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Remembering Ovid.


MARTINUS, AN EDUCATED slave who does my copying
Asked me last night: Why not switch from scroll to codex?
Catacomb-crawlers did. They last much longer
In the hands of minds assassinated by their squalor.

Always listen to slaves: they have nothing to lose.
Manumitted they leave not a lentil to their offspring
Rightful or not. Free of the paradox of our prosperity
Staring into a god’s eye only to sniff with incredulity.

My lucubrations here of late considered
How mountainsides revisited vastations of divinity
Those failed ziggurats aim heavenward
Only to corpse like steel abortions from Cape Kennedy.

I spent some time on mountains
Domiciles of witches gales sterility
Even the law of Caesar has no purchase there.
Might as well call out to savage Yahweh.

Empire expands its global smithies armories bazaars
To places where the wine’s as dirty as the weather;
Men who decorate their flesh in undercoats of woad
Women tattooing mighty breasts with dragontails.

Caesar’s breath becomes a clock
To synchronise the aberrations of the planets
A single cough announces dawn
One mighty snore vanquishes a banquet.

Ovid’s long gone, breathing the salt wind of the blackest sea
Exiled to his outpost where the priests
All recommend a sacramentum of barbarity.
Write (if you must) with old coals on the dungeon walls.

They say the finest seer’s a blind one.
Caesar dies into a god, still giggling
While that old sun patrols heaven
Looking for some corner free of myth to lay his head.

Cuttlefish emit sepia, murking the waters
Thus do our inks encloud the maker’s chronicle.
Caesar’s whim cancels weather over Tiber
Neither cloud nor sun dare contradict him.

Ancient virtue now appears antique
Like Spartans stripping naked before battle.
‘Once upon a time’ will get you nowhere.
Our sassy children roll over and yawn.

What you read here will be palimpsest next season
Subtext scraped away beneath its superscription.
None of my words will end up in the lectionary.
Ovid’s are there already – and where did he end up?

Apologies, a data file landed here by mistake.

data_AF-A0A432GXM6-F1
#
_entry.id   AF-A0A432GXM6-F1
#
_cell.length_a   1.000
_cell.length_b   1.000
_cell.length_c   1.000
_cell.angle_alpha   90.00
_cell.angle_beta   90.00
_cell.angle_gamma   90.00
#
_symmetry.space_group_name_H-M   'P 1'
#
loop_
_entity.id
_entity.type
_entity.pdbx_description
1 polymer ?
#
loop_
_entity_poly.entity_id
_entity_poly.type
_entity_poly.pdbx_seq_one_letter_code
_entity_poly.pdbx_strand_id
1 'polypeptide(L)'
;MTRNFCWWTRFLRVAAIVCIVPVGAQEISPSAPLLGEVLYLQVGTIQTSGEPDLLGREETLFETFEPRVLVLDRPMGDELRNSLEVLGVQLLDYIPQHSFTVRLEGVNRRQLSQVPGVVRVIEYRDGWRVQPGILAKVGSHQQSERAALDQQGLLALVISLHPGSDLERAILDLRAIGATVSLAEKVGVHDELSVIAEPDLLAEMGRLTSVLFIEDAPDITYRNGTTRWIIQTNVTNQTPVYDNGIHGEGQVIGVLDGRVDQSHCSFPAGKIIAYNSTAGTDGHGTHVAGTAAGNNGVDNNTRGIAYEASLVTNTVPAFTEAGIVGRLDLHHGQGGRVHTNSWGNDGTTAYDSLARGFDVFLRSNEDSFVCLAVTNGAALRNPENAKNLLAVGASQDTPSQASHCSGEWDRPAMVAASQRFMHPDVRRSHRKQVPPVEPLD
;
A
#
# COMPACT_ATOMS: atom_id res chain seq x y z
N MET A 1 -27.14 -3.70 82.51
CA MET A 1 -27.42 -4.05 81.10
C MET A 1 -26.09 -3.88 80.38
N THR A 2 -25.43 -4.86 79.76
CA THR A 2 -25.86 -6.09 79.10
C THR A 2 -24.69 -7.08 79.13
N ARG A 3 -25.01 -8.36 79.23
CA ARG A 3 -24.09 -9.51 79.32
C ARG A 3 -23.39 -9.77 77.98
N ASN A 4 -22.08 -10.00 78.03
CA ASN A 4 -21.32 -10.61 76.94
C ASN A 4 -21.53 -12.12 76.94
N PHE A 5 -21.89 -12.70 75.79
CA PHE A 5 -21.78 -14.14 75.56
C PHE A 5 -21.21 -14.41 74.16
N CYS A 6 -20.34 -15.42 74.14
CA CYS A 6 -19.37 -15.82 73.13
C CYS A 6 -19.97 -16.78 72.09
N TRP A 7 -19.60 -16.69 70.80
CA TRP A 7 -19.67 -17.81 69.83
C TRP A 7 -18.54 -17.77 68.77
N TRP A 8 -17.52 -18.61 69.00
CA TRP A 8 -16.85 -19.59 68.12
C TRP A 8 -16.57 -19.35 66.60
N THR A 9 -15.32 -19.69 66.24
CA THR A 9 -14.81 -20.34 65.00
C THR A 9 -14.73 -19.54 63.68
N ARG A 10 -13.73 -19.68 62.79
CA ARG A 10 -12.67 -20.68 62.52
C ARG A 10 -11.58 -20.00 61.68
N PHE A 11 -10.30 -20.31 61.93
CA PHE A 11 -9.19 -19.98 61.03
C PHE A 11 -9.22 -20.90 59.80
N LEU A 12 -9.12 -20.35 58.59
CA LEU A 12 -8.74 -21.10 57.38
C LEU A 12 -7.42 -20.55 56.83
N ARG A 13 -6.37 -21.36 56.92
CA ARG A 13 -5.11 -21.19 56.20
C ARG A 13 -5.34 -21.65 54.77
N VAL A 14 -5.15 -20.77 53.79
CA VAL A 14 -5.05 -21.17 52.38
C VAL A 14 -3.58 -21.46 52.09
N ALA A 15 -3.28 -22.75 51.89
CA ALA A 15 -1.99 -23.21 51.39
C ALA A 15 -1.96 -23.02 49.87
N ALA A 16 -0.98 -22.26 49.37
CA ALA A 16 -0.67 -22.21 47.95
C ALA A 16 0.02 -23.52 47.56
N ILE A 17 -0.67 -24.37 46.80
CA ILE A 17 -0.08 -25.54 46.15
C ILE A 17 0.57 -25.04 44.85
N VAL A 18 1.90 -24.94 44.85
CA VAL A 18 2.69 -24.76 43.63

Martinus: sober and zealous in his work.
The scriptorium is crammed with whoring drunkards.
We stick to basics. Strictly literal. No scribal misdemeanours.
No rubricator needed here to flare my majuscules.

Last night, in bed with Martinus’s sister
I pressed my hand against her tiny breast and pondered.
Law preserves itself in temples cities sacred valleys
Between soft sheets of parchment the stylus stabs to enter.

As you can see, we switched from scroll to codex.

LandC150aAlan Wall was born in Bradford, studied English at Oxford, and lives in North Wales. He has published six novels and three collections of poetry, including Doctor Placebo. Jacob, a book written in verse and prose, was shortlisted for the Hawthornden Prize. His work has been translated into ten languages. He has published essays and reviews in many different periodicals including the Guardian, Spectator, The Times, Jewish Quarterly, Leonardo, PN Review, London Magazine, The Reader and Agenda. He was Royal Literary Fund Fellow in Writing at Warwick University and Liverpool John Moores and is currently Professor of Writing and Literature at the University of Chester and a contributing editor of The Fortnightly Review. His book Endtimes was published by Shearsman Books in 2013, and Badmouth, a novel, was published by Harbour Books in 2014. A collection of his essays has now been issued by Odd Volumes, The Fortnightly Review’s publishing imprint, and now a second collection, this time of his Fortnightly reflections on Walter Benjamin, is now available. An archive of Alan Wall’s Fortnightly work is here.

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